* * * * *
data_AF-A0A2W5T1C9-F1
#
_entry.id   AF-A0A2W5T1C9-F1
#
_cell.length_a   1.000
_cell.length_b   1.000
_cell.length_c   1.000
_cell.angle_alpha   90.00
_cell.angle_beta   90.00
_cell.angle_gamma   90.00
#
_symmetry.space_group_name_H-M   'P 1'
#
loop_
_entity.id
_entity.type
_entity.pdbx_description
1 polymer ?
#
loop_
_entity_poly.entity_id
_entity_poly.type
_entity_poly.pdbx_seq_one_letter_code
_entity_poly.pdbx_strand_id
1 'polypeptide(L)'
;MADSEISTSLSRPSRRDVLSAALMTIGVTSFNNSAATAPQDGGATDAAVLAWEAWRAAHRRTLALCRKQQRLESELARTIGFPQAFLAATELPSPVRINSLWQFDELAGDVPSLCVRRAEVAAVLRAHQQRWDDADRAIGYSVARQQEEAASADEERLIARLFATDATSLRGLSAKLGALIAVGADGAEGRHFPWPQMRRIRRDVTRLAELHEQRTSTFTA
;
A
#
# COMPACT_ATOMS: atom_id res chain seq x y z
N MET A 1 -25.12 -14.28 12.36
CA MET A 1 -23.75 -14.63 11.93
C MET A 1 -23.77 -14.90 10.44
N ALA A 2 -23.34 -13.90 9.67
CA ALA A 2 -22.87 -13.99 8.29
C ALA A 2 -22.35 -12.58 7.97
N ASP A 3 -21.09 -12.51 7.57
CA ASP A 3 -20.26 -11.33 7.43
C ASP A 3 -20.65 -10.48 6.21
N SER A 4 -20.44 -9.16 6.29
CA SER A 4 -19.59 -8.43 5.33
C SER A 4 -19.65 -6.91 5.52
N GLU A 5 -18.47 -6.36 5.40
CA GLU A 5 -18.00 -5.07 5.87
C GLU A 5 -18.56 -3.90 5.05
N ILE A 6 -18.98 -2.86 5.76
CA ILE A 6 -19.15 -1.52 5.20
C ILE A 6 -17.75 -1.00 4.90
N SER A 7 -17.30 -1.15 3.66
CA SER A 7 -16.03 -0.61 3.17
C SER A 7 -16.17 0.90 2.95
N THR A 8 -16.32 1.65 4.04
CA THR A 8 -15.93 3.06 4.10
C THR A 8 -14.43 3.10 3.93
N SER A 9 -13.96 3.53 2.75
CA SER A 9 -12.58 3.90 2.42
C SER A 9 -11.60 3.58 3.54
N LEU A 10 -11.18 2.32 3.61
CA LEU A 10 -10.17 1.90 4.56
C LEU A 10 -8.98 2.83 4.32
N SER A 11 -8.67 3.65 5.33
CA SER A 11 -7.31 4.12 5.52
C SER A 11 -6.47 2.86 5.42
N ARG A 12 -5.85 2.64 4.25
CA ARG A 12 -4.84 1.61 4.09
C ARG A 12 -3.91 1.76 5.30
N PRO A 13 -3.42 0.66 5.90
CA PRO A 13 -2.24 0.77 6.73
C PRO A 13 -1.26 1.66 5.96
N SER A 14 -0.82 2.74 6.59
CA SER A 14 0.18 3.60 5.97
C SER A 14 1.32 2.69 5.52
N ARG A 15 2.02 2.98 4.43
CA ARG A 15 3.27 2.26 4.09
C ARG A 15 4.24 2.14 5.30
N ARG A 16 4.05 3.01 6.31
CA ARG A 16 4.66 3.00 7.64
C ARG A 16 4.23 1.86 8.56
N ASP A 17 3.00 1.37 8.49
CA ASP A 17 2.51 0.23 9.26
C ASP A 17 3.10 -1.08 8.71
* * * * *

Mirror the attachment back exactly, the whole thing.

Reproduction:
data_AF-A0A2W5T1C9-F1
#
_entry.id   AF-A0A2W5T1C9-F1
#
_cell.length_a   1.000
_cell.length_b   1.000
_cell.length_c   1.000
_cell.angle_alpha   90.00
_cell.angle_beta   90.00
_cell.angle_gamma   90.00
#
_symmetry.space_group_name_H-M   'P 1'
#
loop_
_entity.id
_entity.type
_entity.pdbx_description
1 polymer ?
#
loop_
_entity_poly.entity_id
_entity_poly.type
_entity_poly.pdbx_seq_one_letter_code
_entity_poly.pdbx_strand_id
1 'polypeptide(L)'
;MADSEISTSLSRPSRRDVLSAALMTIGVTSFNNSAATAPQDGGATDAAVLAWEAWRAAHRRTLALCRKQQRLESELARTIGFPQAFLAATELPSPVRINSLWQFDELAGDVPSLCVRRAEVAAVLRAHQQRWDDADRAIGYSVARQQEEAASADEERLIARLFATDATSLRGLSAKLGALIAVGADGAEGRHFPWPQMRRIRRDVTRLAELHEQRTSTFTA
;
A
#
# COMPACT_ATOMS: atom_id res chain seq x y z
N MET A 1 -25.12 -14.28 12.36
CA MET A 1 -23.75 -14.63 11.93
C MET A 1 -23.77 -14.90 10.44
N ALA A 2 -23.34 -13.90 9.67
CA ALA A 2 -22.87 -13.99 8.29
C ALA A 2 -22.35 -12.58 7.97
N ASP A 3 -21.09 -12.51 7.57
CA ASP A 3 -20.26 -11.33 7.43
C ASP A 3 -20.65 -10.48 6.21
N SER A 4 -20.44 -9.16 6.29
CA SER A 4 -19.59 -8.43 5.33
C SER A 4 -19.65 -6.91 5.52
N GLU A 5 -18.47 -6.36 5.40
CA GLU A 5 -18.00 -5.07 5.87
C GLU A 5 -18.56 -3.90 5.05
N ILE A 6 -18.98 -2.86 5.76
CA ILE A 6 -19.15 -1.52 5.20
C ILE A 6 -17.75 -1.00 4.90
N SER A 7 -17.30 -1.15 3.66
CA SER A 7 -16.03 -0.61 3.17
C SER A 7 -16.17 0.90 2.95
N THR A 8 -16.32 1.65 4.04
CA THR A 8 -15.93 3.06 4.10
C THR A 8 -14.43 3.10 3.93
N SER A 9 -13.96 3.53 2.75
CA SER A 9 -12.58 3.90 2.42
C SER A 9 -11.60 3.58 3.54
N LEU A 10 -11.18 2.32 3.61
CA LEU A 10 -10.17 1.90 4.56
C LEU A 10 -8.98 2.83 4.32
N SER A 11 -8.67 3.65 5.33
CA SER A 11 -7.31 4.12 5.52
C SER A 11 -6.47 2.86 5.42
N ARG A 12 -5.85 2.64 4.25
CA ARG A 12 -4.84 1.61 4.09
C ARG A 12 -3.91 1.76 5.30
N PRO A 13 -3.42 0.66 5.90
CA PRO A 13 -2.24 0.77 6.73
C PRO A 13 -1.26 1.66 5.96
N SER A 14 -0.82 2.74 6.59
CA SER A 14 0.18 3.60 5.97
C SER A 14 1.32 2.69 5.52
N ARG A 15 2.02 2.98 4.43
CA ARG A 15 3.27 2.26 4.09
C ARG A 15 4.24 2.14 5.30
N ARG A 16 4.05 3.01 6.31
CA ARG A 16 4.66 3.00 7.64
C ARG A 16 4.23 1.86 8.56
N ASP A 17 3.00 1.37 8.49
CA ASP A 17 2.51 0.23 9.26
C ASP A 17 3.10 -1.08 8.71